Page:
For the first time in Saudi Arabia, municipal elections were held, and half of the municipal representatives were chosen by vote. The Council of Ministers in Saudi Arabia took this decision in 2003, and the elections where held in 2005. Members of the military forces and women were excluded from the process, and the voting age was fixed at 21. The elections did not raise great enthusiasm among Saudi voters, an attitude that can be explained by the weak prerogatives that municipal councils hold, but also by the non-participation of women. Yet even with little mobilization and weak participation, these elections are seen as a positive development since tribal and financial considerations did not dominate people’s votes. Both the government and citizens see the municipal elections as a first step in a long process of necessary reforms in which the society accepted to participate. Many obstacles still need to be overcome, mainly the existing duality between elections and appointments, increasing the prerogatives of municipal councils, allowing women’s participation, and reducing the voting age. Finally expectations are raised as to the prospect of broadening the process to include regional and legislative elections.
In October 2003, the Council of Ministers of Saudi Arabia decided “to broaden the participation of citizens in administrating local affairs by means of elections, and to revitalize Saudi Arabia’s municipal councils in conformity with the ruling concerning municipalities and villages issued by Royal Decree in 1977, and to ensure that one half of the members of all municipal councils would henceforth be elected.”
Consequently, municipal elections took place in three stages, beginning on February 10, 2005 and concluding on April 21, 2005, in the 13 regions of Saudi Arabia. The number of registered voters had risen to 793,432 citizens out of 16,529,302 (the total population of Saudi Arabia according to the census of 2004). Of the 9330 hopefuls who ran, 608 were chosen as candidates for 178 municipal councils. Women and military personnel, as well as minors under the age of 21 were excluded from registration and voting.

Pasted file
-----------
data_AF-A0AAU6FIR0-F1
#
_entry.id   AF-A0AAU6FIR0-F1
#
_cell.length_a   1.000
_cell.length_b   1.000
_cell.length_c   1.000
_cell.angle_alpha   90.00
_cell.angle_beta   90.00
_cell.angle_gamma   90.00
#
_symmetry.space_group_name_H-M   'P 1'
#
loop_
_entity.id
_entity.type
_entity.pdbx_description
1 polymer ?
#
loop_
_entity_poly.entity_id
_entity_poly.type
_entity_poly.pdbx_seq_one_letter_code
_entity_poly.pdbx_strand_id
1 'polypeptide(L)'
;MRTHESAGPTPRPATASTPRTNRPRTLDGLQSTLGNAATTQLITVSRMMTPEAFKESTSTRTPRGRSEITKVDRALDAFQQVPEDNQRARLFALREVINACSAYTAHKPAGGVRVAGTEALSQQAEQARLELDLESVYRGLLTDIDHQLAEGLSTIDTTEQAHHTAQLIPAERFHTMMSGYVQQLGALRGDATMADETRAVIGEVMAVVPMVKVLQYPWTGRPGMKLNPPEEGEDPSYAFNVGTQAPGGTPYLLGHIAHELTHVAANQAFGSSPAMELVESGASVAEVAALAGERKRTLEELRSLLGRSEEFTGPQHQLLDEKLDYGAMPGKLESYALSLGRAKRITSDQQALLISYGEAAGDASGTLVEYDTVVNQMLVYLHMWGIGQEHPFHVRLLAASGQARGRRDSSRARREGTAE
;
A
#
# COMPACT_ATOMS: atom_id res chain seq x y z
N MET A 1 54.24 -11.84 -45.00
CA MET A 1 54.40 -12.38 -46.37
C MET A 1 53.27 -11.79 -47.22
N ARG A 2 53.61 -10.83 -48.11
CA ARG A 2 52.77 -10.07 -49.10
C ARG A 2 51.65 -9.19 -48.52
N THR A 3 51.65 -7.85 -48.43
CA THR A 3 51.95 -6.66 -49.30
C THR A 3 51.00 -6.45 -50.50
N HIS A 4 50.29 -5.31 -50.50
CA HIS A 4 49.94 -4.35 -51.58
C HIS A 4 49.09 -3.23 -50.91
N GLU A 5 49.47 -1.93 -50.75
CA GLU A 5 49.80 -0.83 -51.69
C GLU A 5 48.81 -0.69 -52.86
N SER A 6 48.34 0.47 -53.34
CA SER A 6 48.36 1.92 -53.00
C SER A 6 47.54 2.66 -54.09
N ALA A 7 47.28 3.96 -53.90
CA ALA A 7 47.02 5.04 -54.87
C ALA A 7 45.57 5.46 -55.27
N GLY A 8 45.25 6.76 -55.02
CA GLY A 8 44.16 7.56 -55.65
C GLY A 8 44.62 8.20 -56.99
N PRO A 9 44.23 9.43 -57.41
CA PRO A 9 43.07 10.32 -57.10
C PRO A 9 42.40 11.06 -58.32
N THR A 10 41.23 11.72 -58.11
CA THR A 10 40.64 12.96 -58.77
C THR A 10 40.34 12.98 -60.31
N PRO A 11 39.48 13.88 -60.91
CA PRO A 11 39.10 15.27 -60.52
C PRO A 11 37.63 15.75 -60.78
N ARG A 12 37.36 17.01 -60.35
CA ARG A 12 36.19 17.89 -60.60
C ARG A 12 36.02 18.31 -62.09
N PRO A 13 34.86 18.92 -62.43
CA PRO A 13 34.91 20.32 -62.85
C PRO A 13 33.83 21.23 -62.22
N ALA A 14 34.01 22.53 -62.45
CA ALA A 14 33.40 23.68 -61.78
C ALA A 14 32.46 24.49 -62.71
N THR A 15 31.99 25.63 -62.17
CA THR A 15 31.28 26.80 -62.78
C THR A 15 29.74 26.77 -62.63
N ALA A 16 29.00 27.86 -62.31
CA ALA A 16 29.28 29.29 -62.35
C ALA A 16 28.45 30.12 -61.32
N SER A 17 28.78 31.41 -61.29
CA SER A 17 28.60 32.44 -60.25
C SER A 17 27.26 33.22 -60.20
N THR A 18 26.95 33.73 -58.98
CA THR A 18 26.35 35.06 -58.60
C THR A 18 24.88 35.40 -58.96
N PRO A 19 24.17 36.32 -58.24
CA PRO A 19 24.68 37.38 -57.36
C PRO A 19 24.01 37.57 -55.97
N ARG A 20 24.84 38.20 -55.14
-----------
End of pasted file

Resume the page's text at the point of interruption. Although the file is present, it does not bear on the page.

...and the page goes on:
The announcement that municipal elections would take place came in the wake of domestic and regional developments that pushed the Saudi Government to begin implementing reform measures. Yet, the primary catalyst for the elections was not simply unprecedented and large-scale regional and international developments, but rather, the interplay between these factors and emerging new social realities and dynamics within Saudi Arabia, many of which endangered the social, economic, and cultural relations between state and society. Clearly, these new internal realities must be seen in relation to external military and political developments, which increased pressures on the government to implement vast reforms.
Significant public demands for reform first emerged shortly after Iraq’ s invasion of Kuwait in 1990, and were distinguished by the appearance of opposition movements with which the Saudi government had not been confronted before. In 1991, a group of Saudi liberal and Islamist intellectuals as well as social and religious activists proposed reforms to the higher authorities. Their proposals were partially accepted, as evidenced by the promulgation of the Fundamental Law of Authority (power), new rules concerning provinces, and the founding of a Consultative (Shura) Council appointed by the King.
After the events of September 11, 2001, new reformist demands proliferated, ranging from full separation of authorities to requests for more public participation. The government undertook a variety of reforms and amended a number of laws, as well as formulating new ones. These actions opened the door for a national dialogue, enabling, among other things, the establishment of a journalists’ association and a public organization for human rights. It was in the context of these reformist developments that the new system of electing half of the members of municipal councils was announced.
Poor Registration and Participation in Municipal Elections
Given the limited authority and prerogatives of future municipal councils, as well as the exclusion of women (whom the electoral law of 1977 did not exclude from political participation), as well as the scheme of electing half of the municipal council members while the other half would still be appointed, many Saudi citizens took a sceptical or apathetic view of the elections. People were reluctant to register and vote, as was clear in Riyadh (the Saudi capital and home to 2,692,780 citizens), where the number of registered voters did not exceed 18% of those eligible to vote, i.e., 86,462 voters out of a potential electorate of approximately 470,000 persons – representing just two percent of the total population of the city.